“Obviously, I can’t comment on what will be discussed in Cabinet tomorrow, but we all want to make the necessary preparations.” That’s more or less what a Minister would usually say, if cornered by a media enquiry, about today’s discussion on No Deal plans.

But these are not normal times.  Some Ministers, like Penny Mordaunt today, lean towards a managed No Deal – if that’s possible – when Theresa May’s deal fails to clear the Commons in January, assuming that to be the case.  Others, like Greg Clark or David Gauke, want an indicative vote and a second referendum.  Amber Rudd who, seemed recently to be all for Norway Plus, may have joined them.

Matt Hancock’s breaking ranks over No Deal preparations must be seen in that light.  He ordered the NHS to go to full No Deal planning last week, thus taking matters into his own hands at a time of paralysis at the top.  (Downing Street would have been consumed by the leadership ballot challenge.)

“We’ve instituted full No Deal planning within the NHS and the department already, and I would like to see the whole of Government going to that position – because its the responsible thing to do,” he told Newsnight.  He said that he doesn’t want No Deal to happen, but that it might happen, so government must be prepared (a point we made yesterday).

The Health Secretary’s allies say that he didn’t want to make a fuss about the decision – which is why it didn’t become public last week – and has only spoken on the record because news of it leaked very recently.  The Prime Minister has now decided to step No Deal preparations, they add, so he wasn’t speaking out of turn by being interviewed yesterday.

Be that as it may, getting ahead of the game won’t do Hancock’s standing any harm, either within the Party or out of it).  In a recent profile of him for this site, Andrew Gimson wrote that he inspires “a mixture of admiration, amusement, astonishment and frank dislike, and rival theories abound to explain how he got where he is today”.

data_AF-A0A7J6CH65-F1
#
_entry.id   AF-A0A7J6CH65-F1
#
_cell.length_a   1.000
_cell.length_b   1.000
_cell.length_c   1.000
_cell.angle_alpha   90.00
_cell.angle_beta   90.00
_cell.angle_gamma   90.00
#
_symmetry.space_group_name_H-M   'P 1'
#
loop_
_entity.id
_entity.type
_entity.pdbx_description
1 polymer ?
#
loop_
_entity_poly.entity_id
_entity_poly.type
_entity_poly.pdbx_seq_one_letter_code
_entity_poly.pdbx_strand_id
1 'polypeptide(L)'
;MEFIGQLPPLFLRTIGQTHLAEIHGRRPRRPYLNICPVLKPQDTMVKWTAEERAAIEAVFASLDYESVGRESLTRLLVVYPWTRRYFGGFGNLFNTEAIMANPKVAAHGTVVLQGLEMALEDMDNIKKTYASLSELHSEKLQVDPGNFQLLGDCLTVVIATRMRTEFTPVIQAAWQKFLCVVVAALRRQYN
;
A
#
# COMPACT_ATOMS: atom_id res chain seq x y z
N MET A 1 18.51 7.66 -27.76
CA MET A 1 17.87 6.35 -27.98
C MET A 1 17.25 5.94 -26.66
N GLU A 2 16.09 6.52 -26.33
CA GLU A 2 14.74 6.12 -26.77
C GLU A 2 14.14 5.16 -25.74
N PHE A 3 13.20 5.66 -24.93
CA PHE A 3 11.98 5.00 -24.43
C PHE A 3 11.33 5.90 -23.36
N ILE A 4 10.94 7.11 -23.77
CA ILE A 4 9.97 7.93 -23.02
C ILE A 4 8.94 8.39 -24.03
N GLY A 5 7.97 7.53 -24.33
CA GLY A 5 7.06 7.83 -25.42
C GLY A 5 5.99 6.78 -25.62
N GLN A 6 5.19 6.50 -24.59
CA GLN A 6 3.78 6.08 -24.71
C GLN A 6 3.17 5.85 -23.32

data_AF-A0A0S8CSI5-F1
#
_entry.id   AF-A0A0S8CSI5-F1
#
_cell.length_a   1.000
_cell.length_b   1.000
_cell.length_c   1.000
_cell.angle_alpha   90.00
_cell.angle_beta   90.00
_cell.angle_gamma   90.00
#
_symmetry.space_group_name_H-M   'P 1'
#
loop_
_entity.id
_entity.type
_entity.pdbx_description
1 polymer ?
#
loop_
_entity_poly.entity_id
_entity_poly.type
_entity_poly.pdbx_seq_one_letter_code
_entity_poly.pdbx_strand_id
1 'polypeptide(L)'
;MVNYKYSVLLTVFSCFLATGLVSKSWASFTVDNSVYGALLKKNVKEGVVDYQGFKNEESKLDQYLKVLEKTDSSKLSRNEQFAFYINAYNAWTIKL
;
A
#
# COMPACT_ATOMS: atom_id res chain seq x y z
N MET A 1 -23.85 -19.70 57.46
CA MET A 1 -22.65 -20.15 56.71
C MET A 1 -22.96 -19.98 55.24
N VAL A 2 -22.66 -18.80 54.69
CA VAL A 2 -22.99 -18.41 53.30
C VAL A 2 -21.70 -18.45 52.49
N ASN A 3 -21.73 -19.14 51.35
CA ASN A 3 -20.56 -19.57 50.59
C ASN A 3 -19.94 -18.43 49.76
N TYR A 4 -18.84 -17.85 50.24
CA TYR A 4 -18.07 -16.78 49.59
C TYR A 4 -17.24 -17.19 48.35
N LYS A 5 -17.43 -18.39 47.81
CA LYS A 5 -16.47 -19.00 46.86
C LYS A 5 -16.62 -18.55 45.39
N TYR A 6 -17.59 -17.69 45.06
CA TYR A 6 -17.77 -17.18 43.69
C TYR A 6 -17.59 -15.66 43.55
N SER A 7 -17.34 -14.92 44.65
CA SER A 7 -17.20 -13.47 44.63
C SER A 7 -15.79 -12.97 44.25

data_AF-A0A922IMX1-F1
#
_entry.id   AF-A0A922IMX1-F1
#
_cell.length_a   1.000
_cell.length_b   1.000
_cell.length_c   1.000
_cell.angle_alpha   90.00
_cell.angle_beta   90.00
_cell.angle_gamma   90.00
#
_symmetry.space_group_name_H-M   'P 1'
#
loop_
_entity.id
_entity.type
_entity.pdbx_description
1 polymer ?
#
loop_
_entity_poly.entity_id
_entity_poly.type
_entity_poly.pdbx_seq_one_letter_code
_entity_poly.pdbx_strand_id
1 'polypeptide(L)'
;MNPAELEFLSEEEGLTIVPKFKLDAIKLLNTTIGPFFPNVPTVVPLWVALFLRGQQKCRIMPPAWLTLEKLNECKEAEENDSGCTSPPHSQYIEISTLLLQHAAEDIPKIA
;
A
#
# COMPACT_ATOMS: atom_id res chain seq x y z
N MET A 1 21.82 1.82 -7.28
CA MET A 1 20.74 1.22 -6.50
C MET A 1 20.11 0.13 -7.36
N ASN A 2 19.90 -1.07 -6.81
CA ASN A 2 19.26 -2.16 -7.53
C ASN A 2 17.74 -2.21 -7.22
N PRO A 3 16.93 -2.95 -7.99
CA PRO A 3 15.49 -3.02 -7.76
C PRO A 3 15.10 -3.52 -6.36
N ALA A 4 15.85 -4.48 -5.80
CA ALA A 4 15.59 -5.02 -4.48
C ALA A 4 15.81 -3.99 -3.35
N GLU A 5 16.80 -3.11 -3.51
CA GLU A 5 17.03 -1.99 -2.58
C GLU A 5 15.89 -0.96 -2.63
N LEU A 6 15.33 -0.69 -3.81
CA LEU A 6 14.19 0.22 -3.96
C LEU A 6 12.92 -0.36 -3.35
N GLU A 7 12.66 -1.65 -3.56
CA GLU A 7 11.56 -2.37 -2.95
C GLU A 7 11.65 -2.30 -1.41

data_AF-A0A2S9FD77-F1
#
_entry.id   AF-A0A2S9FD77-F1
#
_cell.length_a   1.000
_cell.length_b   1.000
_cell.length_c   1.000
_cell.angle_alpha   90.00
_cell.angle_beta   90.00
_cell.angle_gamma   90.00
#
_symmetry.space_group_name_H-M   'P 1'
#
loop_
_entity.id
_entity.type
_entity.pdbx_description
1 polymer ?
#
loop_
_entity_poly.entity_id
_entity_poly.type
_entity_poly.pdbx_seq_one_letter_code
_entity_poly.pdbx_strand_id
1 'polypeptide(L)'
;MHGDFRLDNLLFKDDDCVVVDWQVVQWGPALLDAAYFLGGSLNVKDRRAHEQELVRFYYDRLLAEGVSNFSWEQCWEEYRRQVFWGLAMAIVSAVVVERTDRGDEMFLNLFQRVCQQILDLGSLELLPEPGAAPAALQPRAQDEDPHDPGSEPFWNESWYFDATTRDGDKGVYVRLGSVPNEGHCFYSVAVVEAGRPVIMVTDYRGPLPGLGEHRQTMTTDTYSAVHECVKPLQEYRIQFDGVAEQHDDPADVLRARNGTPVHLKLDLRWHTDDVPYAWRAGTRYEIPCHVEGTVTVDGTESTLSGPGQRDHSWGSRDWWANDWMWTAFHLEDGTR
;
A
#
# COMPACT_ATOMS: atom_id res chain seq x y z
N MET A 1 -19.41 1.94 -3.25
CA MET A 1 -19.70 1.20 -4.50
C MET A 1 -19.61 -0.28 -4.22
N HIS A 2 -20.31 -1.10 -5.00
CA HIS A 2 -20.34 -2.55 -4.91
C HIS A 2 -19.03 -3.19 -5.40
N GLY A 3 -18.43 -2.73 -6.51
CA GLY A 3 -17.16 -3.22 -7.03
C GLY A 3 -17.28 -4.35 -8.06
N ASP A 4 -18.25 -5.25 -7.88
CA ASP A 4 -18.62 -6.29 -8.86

But “beneath the laughter could be detected a note of respect,” the profile continued, and this is the key to cutting through those theories.  The Health Secretary has made the transformation from an integral ally of George Osborne to the Prime Minister’s Cabinet table through hard work, puppyish enthusiasm and administrative grasp.  The tech-enthused Hancock has only just turned 40.

He has kept his head down over Brexit and his fingerprints off any plots.  A former Remainer, the Health Secretary has steered clear of anything to do with a second referendum, and hasn’t done anything so definitive as taking a clear position on the Canada-versus-Norway question.  More broadly, he sees himself as a keeper of the modernising flame.

“Hancock’s car keeps pitching up outside Number Eleven Downing Street,” Liz Truss said during her joke-crammed speech at the Spectator recently.  He is believed to have his eye not on Number Ten but the Treasury, which would suit an economist who cut his teeth at the Bank of England before moving on to become Osborne’s Chief of Staff.

Certainly, he is no fan of Philip Hammond – suggesting in Cabinet that the latter is a “stubby-fingered accountant” in a clash about immigration and wages.  The Chancellor had complained that a restaurant in his constituency couldn’t hire enough staff from abroad.  The Health Secretary replied that it should pay higher wages to attract British staff.  He is a healthy fourth in this site’s Cabinet League Table.

Hancock is far from being the only Cabinet member pushing for full no deal preparations.  Sajid Javid has been pushing very hard.  The Cabinet members who voted Leave make up the mass of others taking the same view.  One Minister who sits at the top table said that planning at DEFRA and Transport is relatively well advanced.

At any rate, May finally seems to have got the message that moving to full No Deal preparation is not only a prudent move to make, but might just persuade the EU to move.  But as ever it will be worth searching the small print of whatever is announced today.